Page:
The U.S. Supreme Court has declared that compelling non-members of public employee unions to pay dues is unconstitutional. California’s unions are now scrambling to avoid an erosion of their memberships, their revenues and their political clout.
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It may have been the least surprising U.S. Supreme Court decision in history.
Ruling on a case from Illinois, the court, by a 5-4 vote, declared last week that compelling non-members of public employee unions to pay dues violates their free speech rights.
For years, the conservative majority had indicated that it wanted to overturn a previous decision that allowed unions to collect so-called “agency fees” from non-members in states, such as California, that sanctioned the practice.
The theory of agency fees was that since non-members benefit from contract negotiations, they should be compelled to contribute to their unions’ non-political activities.
The court held, in effect, that it was impossible to separate political and non-political activities, so non-members were being compelled to finance political positions that they might not support.
“The First Amendment is violated when money is taken from non-consenting employees for a public-sector union; employees must choose to support the union before anything is taken from them,” the opinion, authored by Justice Samuel Alito, declared.
The court was ready to act in a previous case out of California, but Justice Antonin Scalia’s death in 2016 left it tied 4-4 on the issue. Very soon afterward, however, the Illinois case reached the court and President Donald Trump’s nomination of Neil Gorsuch as Scalia’s successor restored the conservative majority.
So unions knew it was coming and had been doing what they could to cushion its potential blow to their finances.
Losing agency fees from the relatively few non-members who pay them now would not have a major effect. The greater fear among public employee union leaders is that making dues voluntary would entice substantial numbers of current members to drop out.
Estimates of membership losses have ranged up to a third, but different unions probably will see different effects.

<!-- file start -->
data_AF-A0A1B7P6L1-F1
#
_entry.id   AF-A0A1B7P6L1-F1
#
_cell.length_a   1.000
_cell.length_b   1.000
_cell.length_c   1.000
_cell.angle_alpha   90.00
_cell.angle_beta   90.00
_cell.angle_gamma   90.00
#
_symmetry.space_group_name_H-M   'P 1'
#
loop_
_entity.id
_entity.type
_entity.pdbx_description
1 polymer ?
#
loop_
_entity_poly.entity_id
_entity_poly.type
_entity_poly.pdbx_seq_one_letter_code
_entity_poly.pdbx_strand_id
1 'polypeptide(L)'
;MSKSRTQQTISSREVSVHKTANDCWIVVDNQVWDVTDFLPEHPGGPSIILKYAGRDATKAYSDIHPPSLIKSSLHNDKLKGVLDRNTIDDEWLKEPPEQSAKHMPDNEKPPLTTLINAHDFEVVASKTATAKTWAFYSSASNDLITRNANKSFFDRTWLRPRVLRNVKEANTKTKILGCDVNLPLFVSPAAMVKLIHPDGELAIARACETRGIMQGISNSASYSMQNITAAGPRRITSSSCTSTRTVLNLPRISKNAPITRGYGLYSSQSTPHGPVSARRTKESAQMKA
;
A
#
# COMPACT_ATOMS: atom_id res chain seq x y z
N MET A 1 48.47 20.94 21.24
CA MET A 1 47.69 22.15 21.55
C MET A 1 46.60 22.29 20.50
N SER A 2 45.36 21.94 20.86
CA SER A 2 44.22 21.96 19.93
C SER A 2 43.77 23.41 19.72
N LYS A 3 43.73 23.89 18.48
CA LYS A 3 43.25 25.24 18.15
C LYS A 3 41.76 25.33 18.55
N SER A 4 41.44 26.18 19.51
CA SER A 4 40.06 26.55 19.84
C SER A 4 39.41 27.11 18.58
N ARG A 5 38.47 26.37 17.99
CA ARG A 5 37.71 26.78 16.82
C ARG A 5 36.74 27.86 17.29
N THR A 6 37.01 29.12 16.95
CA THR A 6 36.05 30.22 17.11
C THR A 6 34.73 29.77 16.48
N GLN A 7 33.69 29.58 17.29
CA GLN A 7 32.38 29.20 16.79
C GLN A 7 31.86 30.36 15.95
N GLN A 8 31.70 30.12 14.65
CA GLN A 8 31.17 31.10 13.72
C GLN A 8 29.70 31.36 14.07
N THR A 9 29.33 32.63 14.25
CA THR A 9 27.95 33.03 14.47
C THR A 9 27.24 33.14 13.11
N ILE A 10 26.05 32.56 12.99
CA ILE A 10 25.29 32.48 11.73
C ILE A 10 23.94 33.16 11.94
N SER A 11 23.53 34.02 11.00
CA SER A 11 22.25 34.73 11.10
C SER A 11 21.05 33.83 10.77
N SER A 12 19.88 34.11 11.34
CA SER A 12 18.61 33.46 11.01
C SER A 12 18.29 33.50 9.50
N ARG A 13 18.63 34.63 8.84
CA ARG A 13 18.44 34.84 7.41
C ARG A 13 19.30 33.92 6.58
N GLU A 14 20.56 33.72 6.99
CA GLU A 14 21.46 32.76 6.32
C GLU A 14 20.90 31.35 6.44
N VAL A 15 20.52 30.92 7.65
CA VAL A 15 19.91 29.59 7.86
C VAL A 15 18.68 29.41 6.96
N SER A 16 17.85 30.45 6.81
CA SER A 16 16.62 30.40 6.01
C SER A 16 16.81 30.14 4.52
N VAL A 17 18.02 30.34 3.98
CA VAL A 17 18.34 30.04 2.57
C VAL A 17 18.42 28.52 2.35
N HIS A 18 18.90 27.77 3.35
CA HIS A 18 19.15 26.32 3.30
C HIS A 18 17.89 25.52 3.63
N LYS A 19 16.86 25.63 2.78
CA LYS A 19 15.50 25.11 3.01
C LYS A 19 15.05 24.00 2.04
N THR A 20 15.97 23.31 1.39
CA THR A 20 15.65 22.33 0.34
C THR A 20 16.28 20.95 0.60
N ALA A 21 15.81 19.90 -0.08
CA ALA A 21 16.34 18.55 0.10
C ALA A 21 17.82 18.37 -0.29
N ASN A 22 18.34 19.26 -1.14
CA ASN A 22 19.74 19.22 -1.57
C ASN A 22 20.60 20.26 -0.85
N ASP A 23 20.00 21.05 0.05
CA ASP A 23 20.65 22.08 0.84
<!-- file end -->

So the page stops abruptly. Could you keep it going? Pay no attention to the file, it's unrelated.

It seems likely that unions representing relatively highly paid professionals, such as teachers, engineers, police officers and firefighters, will not see huge membership declines. However, unions of lower-paid clerical and support workers, to whom union dues represent substantial financial burdens, could see serious membership erosion. And if it occurs, those unions ability to distribute campaign funds and otherwise influence politics could also decline.
The cases that resulted in last week’s decision were pushed by anti-union organizations and in theory, a loss of union political clout would be a gain for countervailing interests, such as business and taxpayer groups.
California’s unions have long been preparing for the decision, persuading union-friendly Democrats in the Legislature to enact a series of protective laws, such as requiring new workers to attend union “orientation” meetings and allowing unions exclusive access to workers’ contact information while barring others from having it.
This year’s crop of budget “trailer bills” contains even more reactive provisions, such as making those orientations secret and making it more difficult for workers to stop paying dues.
However, the latter provisions could run afoul of the Supreme Court’s declaration that “neither an agency fee nor any other form of payment to a public-sector union may be deducted from an employee, nor may any other attempt be made to collect such a payment, unless the employee affirmatively consents to pay.”
It could require unions and/or their employers to almost immediately ask current members whether they want to continue having dues deducted from their paychecks.
Those inquiries could be, in effect, entirely new representation elections. And that’s when the real impact of the decision would become evident.